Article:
Custody is a major concern, if not the top one, for divorcing parents in Tennessee. It is easy to begin the divorce process with misconceptions about how custody works, especially if one parent is adamant about having sole physical custody and decision-making authority regarding the care of the children.
It is important to know that in most cases, family law courts prefer that both parents have a relationship with the children and make decisions regarding their care and well-being. Even so, the definitions for sole, physical and legal custody can sometimes be confusing.
Joint and legal custody
Until recently, one parent had physical custody, meaning the children spend most of their time in the custodial – or primary – house. They may spend weekends, alternating holidays and several weeks during the summer at the non-custodial parent’s home (known as visitation). In primary custodial situations, both parents may also receive joint legal custody, meaning that they have an equal say in making important decisions on raising their children. More commonly today, the courts often award both parents joint physical custody, which meant the children spent an equal amount of time living in each parent’s home. While this arrangement was beneficial for parents who wanted to be as involved as possible in their kids’ upbringing, it could be stressful and disruptive for kids to rotate between homes frequently.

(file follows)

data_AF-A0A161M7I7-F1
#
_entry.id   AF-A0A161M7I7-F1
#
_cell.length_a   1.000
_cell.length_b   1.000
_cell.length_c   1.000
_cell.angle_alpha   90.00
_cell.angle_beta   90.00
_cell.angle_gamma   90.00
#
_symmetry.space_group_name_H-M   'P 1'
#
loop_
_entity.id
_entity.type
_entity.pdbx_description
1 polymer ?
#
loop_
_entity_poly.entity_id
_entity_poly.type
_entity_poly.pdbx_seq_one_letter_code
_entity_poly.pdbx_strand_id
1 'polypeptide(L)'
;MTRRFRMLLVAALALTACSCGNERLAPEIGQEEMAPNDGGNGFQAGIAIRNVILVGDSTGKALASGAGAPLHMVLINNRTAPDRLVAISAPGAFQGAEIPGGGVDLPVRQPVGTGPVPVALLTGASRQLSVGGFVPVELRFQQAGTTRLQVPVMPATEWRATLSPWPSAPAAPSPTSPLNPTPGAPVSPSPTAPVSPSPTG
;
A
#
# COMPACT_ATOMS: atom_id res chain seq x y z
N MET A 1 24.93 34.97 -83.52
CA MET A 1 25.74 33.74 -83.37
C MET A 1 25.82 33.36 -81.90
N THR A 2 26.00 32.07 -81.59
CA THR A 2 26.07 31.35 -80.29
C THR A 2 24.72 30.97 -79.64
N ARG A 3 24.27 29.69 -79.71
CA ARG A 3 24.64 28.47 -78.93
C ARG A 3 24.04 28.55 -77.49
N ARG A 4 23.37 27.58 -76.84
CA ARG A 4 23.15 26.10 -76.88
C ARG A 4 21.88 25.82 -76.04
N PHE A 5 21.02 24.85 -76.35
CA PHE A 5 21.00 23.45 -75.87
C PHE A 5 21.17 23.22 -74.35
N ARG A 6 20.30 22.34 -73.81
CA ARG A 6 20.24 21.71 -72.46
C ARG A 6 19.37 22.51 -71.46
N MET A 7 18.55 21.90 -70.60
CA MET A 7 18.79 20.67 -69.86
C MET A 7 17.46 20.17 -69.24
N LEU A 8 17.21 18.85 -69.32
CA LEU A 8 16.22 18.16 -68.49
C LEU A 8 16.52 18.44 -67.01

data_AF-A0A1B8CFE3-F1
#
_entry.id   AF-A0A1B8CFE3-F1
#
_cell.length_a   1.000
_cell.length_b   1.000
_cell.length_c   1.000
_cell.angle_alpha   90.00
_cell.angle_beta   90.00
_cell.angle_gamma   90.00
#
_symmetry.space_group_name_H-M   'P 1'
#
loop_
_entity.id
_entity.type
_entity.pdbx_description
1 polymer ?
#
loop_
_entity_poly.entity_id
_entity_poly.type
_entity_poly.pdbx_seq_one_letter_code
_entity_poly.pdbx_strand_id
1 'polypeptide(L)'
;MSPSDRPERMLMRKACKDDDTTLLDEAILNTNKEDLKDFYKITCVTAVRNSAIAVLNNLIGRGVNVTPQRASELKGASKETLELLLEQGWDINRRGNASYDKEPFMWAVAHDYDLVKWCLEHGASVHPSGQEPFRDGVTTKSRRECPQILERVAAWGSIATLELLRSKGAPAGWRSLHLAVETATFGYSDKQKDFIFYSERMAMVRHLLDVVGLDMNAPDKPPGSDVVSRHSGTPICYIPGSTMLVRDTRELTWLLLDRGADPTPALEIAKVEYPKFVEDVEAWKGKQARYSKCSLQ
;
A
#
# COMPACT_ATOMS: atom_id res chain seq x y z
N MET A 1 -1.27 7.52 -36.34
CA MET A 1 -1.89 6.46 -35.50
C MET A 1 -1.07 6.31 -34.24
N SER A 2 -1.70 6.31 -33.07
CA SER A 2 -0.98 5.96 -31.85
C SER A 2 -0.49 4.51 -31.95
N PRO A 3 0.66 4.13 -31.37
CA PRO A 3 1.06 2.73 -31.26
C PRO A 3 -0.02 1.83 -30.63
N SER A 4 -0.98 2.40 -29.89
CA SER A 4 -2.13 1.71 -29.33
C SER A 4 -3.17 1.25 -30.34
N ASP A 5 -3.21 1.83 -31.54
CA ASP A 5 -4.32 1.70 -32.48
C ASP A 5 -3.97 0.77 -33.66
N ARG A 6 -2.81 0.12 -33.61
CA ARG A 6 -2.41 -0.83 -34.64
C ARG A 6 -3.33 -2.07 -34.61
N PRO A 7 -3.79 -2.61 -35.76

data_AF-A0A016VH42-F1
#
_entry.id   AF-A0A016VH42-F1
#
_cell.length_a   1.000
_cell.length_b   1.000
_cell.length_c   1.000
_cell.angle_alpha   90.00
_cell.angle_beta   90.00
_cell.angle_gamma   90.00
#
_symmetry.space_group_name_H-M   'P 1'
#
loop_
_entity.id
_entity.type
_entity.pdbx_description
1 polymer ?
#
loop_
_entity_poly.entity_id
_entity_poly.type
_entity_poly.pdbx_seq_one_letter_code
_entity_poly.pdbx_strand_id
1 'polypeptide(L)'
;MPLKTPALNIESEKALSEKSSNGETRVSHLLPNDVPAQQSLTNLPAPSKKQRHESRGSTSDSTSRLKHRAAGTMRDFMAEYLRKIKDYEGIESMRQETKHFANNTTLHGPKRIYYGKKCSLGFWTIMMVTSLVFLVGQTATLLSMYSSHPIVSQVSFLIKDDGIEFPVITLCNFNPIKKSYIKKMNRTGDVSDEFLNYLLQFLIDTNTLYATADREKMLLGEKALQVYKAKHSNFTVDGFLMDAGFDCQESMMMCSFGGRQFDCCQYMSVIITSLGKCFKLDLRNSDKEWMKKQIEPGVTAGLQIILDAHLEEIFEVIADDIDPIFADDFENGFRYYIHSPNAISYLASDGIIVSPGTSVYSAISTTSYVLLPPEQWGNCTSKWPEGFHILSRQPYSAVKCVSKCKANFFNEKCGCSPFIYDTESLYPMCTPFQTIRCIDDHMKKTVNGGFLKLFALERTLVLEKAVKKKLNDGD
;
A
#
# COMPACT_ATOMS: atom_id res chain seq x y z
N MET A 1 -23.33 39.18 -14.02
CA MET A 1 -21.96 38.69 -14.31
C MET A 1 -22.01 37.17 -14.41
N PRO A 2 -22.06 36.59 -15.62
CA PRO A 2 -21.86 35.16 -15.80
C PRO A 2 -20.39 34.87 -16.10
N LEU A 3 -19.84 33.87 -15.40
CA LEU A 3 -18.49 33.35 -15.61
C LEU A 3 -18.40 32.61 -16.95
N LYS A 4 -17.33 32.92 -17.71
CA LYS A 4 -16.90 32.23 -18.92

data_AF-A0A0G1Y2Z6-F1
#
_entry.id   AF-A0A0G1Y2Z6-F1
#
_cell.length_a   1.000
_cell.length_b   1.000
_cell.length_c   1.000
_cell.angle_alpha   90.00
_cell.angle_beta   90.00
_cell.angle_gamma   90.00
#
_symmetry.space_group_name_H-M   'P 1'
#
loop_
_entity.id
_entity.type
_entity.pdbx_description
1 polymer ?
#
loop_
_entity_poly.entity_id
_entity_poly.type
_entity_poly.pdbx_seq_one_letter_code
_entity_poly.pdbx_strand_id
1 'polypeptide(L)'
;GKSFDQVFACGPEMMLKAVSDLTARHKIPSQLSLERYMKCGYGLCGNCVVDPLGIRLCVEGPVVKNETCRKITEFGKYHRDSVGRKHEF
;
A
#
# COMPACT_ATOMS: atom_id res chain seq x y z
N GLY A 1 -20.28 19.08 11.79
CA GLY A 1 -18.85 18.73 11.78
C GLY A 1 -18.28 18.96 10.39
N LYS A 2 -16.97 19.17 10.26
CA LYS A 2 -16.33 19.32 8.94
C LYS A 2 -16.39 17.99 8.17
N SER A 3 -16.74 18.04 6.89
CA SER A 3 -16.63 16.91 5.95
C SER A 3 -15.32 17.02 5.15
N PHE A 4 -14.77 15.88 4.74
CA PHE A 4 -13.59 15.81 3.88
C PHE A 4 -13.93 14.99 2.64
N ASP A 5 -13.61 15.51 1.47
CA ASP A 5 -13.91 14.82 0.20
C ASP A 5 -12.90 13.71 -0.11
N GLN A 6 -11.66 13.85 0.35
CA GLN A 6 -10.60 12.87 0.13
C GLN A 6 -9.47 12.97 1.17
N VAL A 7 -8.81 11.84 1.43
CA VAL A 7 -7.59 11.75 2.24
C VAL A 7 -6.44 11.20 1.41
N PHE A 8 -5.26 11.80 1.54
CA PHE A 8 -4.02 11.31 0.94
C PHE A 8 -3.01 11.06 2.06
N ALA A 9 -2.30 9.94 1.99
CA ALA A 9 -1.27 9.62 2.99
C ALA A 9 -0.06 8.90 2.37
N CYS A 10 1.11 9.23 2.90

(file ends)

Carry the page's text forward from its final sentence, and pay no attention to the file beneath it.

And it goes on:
When divorced parents can cooperate and make decisions based on the best interests of the children, a primary physical custody arrangement can be good for their kids. However, each family’s situation is different, necessitating courts to determine custody on a case-by-case basis. The best interests of the children are always considered when deciding custody. In some cases – usually due to substance abuse, domestic violence or neglect – it is not ideal for both parents to share the decision-making responsibilities or to have unsupervised visitation with the children.